The gulf of Aqaba is famous for being home to the finest marine life in the Middle East. Unlike other areas of the Red Sea in which diving is hindered and marine life is hampered by busy shipping, the gulf is a haven of tranquillity, where diverse kinds of marine life have made their home in the shallow waters and lagoons. Of particular interest for divers are the coral reefs, where over 100 varieties of stony coral can be found in abundance. Over a thousand species of fish inhabit these waters, making the wealth and diversity of marine life in the Gulf of Aqaba unique. 
Water sports in Aqaba are comprehensive, ranging from scuba diving, water skiing, wind surfing, and parasailing, snorkeling and paddle-boating. Specialized diving centers provide fine facilities and expert instruction. 
 

After visiting the fortresses of Kerak and Shobak, the Aqaba fortress seems modest. It has a main gate that leads into a vestibule that in its turn leads to a courtyard. Steps lead down to the dungeons from the two rooms astride the vestibule.
If one climbs the battlements, that person would be standing behind the Hashemite crest. Behind the fortress is Aqaba’s Visitor’s Center and museum. The museum was once home to the Sharif Hussein bin Ali. It has Nabatean, Roman, Byzantine, and Egyptian articles as well as items from across the Arab World.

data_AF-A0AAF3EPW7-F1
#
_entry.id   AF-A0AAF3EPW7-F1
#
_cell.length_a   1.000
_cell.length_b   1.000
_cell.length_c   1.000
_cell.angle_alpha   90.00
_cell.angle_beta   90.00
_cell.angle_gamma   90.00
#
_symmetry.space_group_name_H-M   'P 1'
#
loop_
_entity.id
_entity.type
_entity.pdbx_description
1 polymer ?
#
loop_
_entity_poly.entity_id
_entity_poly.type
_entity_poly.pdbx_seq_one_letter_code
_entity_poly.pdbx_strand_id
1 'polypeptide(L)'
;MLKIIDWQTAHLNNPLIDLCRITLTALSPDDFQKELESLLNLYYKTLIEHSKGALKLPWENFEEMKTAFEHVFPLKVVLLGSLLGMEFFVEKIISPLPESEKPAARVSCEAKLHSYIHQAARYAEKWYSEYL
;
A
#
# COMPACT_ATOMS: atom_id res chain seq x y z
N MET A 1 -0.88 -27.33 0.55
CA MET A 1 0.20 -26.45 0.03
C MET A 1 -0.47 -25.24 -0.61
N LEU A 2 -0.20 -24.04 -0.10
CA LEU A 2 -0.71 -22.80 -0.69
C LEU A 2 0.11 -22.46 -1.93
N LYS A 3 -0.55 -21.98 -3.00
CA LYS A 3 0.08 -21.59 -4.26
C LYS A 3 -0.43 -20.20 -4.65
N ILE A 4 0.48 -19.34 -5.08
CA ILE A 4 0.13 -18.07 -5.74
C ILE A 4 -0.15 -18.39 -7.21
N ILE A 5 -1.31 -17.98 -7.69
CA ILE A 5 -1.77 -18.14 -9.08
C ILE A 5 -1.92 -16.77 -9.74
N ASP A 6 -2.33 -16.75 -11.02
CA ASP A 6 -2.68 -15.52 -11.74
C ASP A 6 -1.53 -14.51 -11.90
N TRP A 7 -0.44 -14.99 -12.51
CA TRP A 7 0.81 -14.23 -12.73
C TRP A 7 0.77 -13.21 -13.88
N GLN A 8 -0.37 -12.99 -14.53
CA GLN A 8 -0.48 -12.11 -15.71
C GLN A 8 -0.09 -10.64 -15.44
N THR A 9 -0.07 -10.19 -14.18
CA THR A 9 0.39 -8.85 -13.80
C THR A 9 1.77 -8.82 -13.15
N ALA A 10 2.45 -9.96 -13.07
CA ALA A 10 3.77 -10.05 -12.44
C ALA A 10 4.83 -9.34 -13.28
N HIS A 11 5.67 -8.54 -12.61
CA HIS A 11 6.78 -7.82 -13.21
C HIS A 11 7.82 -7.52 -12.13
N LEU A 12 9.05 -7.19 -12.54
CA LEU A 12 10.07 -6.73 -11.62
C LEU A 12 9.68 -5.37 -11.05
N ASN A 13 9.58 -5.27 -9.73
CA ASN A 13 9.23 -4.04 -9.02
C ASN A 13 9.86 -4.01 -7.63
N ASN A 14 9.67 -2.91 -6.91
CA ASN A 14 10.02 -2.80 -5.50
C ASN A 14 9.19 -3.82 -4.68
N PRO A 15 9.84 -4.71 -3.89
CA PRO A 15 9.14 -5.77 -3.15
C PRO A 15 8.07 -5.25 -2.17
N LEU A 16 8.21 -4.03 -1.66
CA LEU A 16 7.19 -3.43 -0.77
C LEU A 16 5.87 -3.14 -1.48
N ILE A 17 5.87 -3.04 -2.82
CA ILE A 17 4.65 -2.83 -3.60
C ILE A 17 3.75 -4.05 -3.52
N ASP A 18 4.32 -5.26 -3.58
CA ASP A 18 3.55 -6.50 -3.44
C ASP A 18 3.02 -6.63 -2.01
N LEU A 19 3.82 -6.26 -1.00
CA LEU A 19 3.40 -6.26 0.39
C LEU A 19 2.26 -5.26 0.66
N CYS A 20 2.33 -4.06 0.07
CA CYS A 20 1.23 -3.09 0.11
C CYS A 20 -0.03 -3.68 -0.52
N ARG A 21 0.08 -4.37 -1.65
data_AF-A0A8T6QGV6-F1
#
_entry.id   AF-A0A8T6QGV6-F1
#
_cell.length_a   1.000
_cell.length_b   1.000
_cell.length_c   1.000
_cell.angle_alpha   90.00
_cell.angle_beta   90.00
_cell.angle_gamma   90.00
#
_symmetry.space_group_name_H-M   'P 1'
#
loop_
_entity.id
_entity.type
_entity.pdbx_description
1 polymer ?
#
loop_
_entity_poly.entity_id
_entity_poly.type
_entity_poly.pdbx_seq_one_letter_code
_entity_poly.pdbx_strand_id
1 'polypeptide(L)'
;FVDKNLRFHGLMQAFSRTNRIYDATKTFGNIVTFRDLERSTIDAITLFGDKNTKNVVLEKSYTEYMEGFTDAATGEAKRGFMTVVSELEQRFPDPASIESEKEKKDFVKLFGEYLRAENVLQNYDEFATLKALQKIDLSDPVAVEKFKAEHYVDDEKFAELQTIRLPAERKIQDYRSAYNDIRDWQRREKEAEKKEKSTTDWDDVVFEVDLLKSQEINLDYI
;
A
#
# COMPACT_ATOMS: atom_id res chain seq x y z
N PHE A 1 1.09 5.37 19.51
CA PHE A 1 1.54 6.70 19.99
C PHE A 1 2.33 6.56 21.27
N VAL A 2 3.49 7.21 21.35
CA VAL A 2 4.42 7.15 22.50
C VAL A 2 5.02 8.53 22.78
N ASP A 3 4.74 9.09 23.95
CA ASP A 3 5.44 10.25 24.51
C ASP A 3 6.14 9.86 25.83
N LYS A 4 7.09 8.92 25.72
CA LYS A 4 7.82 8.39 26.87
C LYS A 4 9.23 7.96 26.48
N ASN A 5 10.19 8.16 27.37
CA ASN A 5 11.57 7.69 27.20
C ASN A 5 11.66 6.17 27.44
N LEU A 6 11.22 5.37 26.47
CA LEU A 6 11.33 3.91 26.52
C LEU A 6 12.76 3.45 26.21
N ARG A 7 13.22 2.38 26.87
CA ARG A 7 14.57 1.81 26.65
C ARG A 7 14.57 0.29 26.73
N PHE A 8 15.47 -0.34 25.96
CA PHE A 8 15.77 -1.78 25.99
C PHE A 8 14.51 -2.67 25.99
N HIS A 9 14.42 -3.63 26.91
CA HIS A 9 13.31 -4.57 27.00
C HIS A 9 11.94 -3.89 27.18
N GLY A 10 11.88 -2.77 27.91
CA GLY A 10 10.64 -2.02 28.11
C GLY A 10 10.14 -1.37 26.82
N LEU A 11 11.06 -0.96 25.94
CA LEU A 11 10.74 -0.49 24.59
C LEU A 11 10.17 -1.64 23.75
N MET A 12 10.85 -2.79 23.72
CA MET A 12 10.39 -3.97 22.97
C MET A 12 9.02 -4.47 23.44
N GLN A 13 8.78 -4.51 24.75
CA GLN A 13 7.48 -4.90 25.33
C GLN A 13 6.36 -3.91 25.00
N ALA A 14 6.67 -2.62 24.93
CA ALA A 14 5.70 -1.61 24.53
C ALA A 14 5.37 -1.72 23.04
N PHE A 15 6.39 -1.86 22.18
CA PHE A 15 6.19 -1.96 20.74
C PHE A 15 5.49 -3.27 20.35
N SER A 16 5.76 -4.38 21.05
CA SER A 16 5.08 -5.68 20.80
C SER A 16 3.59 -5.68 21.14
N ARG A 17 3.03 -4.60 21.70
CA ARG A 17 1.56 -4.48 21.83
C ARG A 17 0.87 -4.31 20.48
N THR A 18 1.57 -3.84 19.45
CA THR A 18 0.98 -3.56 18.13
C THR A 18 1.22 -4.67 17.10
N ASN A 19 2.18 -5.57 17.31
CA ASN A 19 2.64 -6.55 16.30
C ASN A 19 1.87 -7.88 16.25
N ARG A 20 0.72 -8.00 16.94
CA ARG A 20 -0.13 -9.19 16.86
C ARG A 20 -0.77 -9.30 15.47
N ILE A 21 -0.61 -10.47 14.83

The aquarium has its glistening fish and plentiful plant life, that gives an insight into what lies beneath the Red Sea’s surface. Near the aquarium is the Royal Aqaba Yacht Club.
The club, which has a total of 150 decks in its marina, offers superb facilities. As for the old town, little has changed since the medieval times. Being in the old town is like being in one of A Thousand And One Nights’ tales. People wander in the winding alleyways looking at the windows of the gold shops. One can also see the giant watermelons, tomatoes, and mounds of exotic spices
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